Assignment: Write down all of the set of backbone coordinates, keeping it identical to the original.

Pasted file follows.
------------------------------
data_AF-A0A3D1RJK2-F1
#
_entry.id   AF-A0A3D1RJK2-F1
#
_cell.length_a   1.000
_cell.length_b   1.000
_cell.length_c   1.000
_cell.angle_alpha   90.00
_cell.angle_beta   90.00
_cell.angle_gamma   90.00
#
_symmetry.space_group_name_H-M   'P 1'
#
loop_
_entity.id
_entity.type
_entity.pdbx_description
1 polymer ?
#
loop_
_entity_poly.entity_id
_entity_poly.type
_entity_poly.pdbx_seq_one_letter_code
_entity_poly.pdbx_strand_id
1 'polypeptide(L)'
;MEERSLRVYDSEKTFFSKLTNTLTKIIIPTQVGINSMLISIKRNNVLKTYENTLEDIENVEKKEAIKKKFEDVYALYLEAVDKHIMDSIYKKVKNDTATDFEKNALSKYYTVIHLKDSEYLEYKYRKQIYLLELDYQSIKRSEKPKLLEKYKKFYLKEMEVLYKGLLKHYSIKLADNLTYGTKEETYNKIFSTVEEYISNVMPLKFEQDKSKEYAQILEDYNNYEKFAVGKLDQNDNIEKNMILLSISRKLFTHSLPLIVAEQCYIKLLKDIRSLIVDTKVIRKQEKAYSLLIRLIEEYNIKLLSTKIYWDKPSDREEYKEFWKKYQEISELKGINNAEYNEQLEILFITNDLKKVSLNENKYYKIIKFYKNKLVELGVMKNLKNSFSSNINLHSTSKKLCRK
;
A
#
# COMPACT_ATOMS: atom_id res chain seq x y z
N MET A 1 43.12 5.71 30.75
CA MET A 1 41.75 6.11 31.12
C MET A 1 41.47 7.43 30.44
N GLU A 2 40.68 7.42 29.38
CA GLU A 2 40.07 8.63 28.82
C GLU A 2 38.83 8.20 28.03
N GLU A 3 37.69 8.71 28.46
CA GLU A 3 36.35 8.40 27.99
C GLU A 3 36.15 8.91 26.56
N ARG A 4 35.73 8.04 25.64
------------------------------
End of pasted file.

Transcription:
data_AF-A0A3D1RJK2-F1
#
_entry.id   AF-A0A3D1RJK2-F1
#
_cell.length_a   1.000
_cell.length_b   1.000
_cell.length_c   1.000
_cell.angle_alpha   90.00
_cell.angle_beta   90.00
_cell.angle_gamma   90.00
#
_symmetry.space_group_name_H-M   'P 1'
#
loop_
_entity.id
_entity.type
_entity.pdbx_description
1 polymer ?
#
loop_
_entity_poly.entity_id
_entity_poly.type
_entity_poly.pdbx_seq_one_letter_code
_entity_poly.pdbx_strand_id
1 'polypeptide(L)'
;MEERSLRVYDSEKTFFSKLTNTLTKIIIPTQVGINSMLISIKRNNVLKTYENTLEDIENVEKKEAIKKKFEDVYALYLEAVDKHIMDSIYKKVKNDTATDFEKNALSKYYTVIHLKDSEYLEYKYRKQIYLLELDYQSIKRSEKPKLLEKYKKFYLKEMEVLYKGLLKHYSIKLADNLTYGTKEETYNKIFSTVEEYISNVMPLKFEQDKSKEYAQILEDYNNYEKFAVGKLDQNDNIEKNMILLSISRKLFTHSLPLIVAEQCYIKLLKDIRSLIVDTKVIRKQEKAYSLLIRLIEEYNIKLLSTKIYWDKPSDREEYKEFWKKYQEISELKGINNAEYNEQLEILFITNDLKKVSLNENKYYKIIKFYKNKLVELGVMKNLKNSFSSNINLHSTSKKLCRK
;
A
#
# COMPACT_ATOMS: atom_id res chain seq x y z
N MET A 1 43.12 5.71 30.75
CA MET A 1 41.75 6.11 31.12
C MET A 1 41.47 7.43 30.44
N GLU A 2 40.68 7.42 29.38
CA GLU A 2 40.07 8.63 28.82
C GLU A 2 38.83 8.20 28.03
N GLU A 3 37.69 8.71 28.46
CA GLU A 3 36.35 8.40 27.99
C GLU A 3 36.15 8.91 26.56
N ARG A 4 35.73 8.04 25.64